2B His suffering was related to sins, not His own. First Peter 2:22 says, "He committed no sin." Romans 8:3, it is so used in Hebrews 10:6 and 8.
3B His triumphant sin bearing, not only did He die, not only did He die for sins, it was, thirdly, He died in a unique way. What do I mean by unique? Once.
Hebrews 7:26, Hebrews 9:24 . 25 and 28
4A The suffering of Christ was comprehensive, it covered the ground completely.
The sacrifice of Christ for sin was not limited like the Old Testament. In fact, Old Testament sacrifices were limited to a certain person, a certain family, a certain nation, a certain time. Not so the sacrifice of Christ. He wrought satisfaction to God for all who would come to Him.
In John 6:37 "All that the Father gives Me shall come to Me and the ones who comes to Me I will certainly not cast out,
5B The death of Christ was vicarious, This phrase, "the just for the unjust," really sums it up.
The righteous for the unrighteous, the sinless for the sinful, that's what he's saying. Jesus Christ, without sin, took the place of sinners. Go back to First Peter 2:24 and remember what we studied there. He Himself bore our sins in His body on the cross, the sinless one in the place of the sinful. In 2 Corinthians 5:21 it says, "He made Him" that is God made Christ "who knew no sin sin," that's what the Greek says. He made the one who knew no sin sin. "He made Him sin on our behalf that we might become the righteousness of God in Him."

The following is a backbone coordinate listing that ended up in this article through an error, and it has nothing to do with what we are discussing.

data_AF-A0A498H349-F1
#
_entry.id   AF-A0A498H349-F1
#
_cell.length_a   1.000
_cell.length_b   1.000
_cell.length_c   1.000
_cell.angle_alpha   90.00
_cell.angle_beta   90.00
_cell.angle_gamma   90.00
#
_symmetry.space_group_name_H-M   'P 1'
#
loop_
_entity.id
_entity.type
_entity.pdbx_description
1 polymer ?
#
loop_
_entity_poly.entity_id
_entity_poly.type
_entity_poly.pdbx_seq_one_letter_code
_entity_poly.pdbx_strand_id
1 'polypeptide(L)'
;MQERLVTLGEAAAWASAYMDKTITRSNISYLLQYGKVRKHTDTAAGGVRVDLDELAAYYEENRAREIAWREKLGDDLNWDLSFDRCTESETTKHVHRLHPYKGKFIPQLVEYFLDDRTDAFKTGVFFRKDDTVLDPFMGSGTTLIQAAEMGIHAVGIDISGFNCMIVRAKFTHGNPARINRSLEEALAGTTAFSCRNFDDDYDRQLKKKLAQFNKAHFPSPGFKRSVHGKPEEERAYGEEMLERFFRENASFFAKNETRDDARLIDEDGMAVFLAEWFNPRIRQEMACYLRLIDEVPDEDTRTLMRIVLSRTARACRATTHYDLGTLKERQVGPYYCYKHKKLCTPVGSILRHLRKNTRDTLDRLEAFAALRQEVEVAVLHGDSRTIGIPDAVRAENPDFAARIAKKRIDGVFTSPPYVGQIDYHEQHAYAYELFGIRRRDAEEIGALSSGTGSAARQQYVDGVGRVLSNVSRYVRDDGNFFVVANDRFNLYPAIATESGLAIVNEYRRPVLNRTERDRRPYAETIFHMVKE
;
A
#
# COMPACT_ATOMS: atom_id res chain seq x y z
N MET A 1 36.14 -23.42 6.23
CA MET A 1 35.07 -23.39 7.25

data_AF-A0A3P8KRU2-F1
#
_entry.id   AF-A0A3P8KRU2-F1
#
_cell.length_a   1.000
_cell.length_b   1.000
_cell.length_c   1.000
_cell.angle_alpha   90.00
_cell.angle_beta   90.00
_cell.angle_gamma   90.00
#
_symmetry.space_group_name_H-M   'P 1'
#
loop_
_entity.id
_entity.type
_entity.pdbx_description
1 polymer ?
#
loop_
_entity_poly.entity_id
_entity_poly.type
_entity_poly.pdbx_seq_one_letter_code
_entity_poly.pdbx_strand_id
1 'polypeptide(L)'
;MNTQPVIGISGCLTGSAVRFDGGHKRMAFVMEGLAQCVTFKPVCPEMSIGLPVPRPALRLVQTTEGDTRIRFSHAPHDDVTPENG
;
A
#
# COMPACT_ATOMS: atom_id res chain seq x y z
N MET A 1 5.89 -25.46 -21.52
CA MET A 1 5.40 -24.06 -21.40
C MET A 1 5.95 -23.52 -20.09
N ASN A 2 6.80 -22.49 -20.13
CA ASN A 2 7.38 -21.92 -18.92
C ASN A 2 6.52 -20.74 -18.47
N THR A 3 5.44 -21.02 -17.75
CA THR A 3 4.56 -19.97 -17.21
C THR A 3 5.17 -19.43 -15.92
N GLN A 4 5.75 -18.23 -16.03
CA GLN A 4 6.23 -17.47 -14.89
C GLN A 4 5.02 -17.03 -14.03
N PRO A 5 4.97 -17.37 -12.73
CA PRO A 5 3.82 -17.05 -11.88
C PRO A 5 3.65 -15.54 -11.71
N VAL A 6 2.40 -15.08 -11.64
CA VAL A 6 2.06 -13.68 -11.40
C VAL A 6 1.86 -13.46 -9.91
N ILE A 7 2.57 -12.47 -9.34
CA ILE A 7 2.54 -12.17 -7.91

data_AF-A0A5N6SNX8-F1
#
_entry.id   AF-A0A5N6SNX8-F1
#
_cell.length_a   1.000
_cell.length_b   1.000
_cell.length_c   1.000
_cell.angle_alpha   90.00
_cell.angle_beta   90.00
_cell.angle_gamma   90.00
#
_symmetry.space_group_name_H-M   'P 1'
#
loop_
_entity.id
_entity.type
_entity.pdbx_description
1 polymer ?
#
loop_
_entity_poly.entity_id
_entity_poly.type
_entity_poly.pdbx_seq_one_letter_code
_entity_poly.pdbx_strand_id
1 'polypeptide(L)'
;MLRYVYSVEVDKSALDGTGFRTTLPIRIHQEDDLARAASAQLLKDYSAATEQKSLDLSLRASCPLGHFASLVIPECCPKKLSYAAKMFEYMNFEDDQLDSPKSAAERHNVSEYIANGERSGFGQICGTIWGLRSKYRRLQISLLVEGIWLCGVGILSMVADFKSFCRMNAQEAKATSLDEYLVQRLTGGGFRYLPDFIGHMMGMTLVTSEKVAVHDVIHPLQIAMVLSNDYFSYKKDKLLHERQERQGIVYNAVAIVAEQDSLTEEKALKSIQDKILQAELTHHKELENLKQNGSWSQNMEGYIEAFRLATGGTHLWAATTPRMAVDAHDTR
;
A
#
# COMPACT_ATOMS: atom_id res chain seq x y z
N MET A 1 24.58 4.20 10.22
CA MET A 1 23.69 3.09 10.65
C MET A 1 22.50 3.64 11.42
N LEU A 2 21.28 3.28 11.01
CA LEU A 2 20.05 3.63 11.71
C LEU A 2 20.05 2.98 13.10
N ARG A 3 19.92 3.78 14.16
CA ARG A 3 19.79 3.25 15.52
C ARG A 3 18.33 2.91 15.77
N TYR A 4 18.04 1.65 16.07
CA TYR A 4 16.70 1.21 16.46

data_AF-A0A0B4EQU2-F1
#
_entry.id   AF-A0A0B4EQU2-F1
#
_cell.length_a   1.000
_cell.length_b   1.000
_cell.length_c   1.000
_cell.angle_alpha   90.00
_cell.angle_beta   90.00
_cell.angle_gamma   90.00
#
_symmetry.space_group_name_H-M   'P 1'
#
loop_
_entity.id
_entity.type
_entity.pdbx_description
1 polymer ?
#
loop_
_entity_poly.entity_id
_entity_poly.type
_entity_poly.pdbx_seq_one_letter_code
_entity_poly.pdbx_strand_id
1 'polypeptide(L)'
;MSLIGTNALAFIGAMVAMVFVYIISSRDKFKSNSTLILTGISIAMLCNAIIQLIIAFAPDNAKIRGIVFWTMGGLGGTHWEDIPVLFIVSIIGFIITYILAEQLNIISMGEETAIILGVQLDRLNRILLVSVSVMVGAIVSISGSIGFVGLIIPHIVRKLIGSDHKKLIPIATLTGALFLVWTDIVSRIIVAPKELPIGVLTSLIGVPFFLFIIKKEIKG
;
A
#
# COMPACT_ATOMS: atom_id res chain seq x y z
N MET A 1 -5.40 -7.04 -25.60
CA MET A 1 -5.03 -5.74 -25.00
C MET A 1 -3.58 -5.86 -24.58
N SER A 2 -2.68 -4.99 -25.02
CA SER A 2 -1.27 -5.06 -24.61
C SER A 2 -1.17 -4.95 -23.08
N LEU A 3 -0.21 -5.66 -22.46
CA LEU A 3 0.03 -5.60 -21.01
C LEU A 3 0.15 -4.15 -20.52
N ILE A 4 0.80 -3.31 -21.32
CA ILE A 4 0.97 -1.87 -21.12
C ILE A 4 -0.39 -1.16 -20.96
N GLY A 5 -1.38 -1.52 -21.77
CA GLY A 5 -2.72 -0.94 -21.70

Hebrews 9:28 it says, "He was come and offered once to bear the sins of many."
Acts 3:14 But ye denied the Holy One and the Just, and desired a murderer to be granted unto you;
6B The suffering of Christ was purposeful. It was purposeful.
It's a purpose clause and the verb "to bring us" is a technical word often used to denote introducing someone, or providing access for someone, or bringing someone into a relationship. That's what the word indicates.
It was Jesus Christ who came, He said, to show us the Father, to lead us to the presence of God. He's the only way. He's the only source of introduction.
You say, "Well how do you come to Christ to have Him introduce you to God?"